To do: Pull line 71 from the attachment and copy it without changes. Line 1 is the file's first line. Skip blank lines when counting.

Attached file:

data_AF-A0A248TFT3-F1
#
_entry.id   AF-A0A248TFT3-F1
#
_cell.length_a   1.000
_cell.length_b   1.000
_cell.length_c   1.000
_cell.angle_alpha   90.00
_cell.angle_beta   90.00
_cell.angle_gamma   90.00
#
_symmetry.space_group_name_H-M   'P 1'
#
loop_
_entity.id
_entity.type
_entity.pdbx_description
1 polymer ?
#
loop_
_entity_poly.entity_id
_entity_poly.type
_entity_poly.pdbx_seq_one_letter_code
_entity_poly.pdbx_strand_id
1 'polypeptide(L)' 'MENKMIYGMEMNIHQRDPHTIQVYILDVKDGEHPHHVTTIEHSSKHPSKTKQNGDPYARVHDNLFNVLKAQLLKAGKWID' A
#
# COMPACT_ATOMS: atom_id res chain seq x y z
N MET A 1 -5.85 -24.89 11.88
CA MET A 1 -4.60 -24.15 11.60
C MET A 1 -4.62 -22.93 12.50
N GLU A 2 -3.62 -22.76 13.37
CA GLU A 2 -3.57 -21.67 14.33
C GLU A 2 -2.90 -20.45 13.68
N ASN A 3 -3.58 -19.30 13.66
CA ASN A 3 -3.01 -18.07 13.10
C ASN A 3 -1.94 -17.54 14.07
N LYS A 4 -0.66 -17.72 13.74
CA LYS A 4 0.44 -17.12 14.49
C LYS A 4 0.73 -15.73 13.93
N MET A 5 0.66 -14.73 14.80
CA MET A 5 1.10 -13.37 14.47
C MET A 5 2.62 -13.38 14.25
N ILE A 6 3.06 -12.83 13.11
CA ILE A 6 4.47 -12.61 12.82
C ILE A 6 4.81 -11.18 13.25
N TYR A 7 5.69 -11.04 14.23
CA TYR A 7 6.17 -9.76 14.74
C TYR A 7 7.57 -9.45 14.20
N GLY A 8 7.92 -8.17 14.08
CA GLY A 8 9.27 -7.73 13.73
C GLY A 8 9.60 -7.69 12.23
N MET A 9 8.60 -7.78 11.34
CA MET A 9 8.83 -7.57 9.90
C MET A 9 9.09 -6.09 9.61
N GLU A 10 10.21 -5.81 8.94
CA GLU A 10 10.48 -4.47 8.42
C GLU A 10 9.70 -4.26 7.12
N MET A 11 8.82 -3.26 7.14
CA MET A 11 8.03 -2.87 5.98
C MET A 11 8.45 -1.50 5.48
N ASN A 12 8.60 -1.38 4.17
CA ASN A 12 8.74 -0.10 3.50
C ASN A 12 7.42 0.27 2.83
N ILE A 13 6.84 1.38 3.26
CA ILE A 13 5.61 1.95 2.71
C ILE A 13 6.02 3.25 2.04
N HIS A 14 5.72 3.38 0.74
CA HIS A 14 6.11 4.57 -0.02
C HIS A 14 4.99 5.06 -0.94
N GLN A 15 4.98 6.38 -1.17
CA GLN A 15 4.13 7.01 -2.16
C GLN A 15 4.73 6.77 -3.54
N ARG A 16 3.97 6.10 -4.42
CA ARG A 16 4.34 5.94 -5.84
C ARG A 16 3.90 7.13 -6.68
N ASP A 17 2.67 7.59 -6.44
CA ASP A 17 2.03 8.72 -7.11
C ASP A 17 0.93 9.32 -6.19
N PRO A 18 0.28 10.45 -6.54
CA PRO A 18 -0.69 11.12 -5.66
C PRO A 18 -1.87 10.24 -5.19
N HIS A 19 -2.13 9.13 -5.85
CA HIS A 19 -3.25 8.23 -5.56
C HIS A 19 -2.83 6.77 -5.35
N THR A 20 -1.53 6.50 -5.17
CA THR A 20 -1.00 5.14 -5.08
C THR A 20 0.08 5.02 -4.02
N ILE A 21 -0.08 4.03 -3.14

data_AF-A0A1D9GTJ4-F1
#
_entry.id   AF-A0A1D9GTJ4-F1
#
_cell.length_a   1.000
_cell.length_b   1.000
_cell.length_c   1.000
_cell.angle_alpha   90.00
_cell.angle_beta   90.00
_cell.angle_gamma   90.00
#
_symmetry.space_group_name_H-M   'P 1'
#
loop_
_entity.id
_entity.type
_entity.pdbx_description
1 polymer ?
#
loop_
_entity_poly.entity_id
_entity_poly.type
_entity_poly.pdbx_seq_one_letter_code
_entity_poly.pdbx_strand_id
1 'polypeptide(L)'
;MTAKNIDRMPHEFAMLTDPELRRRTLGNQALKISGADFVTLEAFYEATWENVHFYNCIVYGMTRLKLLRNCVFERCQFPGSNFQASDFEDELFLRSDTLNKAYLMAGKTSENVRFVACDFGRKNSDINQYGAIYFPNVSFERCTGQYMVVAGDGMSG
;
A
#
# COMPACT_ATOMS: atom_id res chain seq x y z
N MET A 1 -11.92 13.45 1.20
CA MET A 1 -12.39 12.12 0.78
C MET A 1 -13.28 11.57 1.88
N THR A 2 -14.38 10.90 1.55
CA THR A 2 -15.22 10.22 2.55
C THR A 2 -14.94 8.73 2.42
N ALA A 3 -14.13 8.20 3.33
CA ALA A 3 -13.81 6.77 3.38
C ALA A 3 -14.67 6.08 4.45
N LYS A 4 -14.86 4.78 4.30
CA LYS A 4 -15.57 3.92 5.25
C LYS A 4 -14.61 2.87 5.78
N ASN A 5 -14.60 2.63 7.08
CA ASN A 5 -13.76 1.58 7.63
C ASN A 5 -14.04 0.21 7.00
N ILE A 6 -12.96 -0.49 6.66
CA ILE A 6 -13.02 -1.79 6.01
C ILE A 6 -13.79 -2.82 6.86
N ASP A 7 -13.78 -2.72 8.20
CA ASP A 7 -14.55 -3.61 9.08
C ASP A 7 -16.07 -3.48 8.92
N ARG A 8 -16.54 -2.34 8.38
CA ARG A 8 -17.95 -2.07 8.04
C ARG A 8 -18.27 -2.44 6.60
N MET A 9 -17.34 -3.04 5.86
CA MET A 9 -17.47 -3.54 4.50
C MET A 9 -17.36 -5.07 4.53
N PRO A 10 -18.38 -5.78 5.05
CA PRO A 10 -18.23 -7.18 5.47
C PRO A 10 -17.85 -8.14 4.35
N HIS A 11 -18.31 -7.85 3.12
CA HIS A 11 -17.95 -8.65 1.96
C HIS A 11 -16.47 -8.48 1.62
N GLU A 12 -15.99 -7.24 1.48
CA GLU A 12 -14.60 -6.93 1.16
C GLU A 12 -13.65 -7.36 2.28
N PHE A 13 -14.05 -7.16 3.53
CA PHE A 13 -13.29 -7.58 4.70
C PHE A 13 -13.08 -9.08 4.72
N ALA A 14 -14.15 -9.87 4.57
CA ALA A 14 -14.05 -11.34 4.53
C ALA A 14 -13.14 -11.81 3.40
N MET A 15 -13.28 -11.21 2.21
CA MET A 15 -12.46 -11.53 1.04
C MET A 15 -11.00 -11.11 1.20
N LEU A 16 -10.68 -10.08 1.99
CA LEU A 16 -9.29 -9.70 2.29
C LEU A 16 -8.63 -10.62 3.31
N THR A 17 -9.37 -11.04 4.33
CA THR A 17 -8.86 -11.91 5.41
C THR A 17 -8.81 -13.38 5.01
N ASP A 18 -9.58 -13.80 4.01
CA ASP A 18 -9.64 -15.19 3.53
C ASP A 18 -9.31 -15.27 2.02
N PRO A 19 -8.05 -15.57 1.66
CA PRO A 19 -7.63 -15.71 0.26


CA GLN A 15 4.13 7.01 -2.16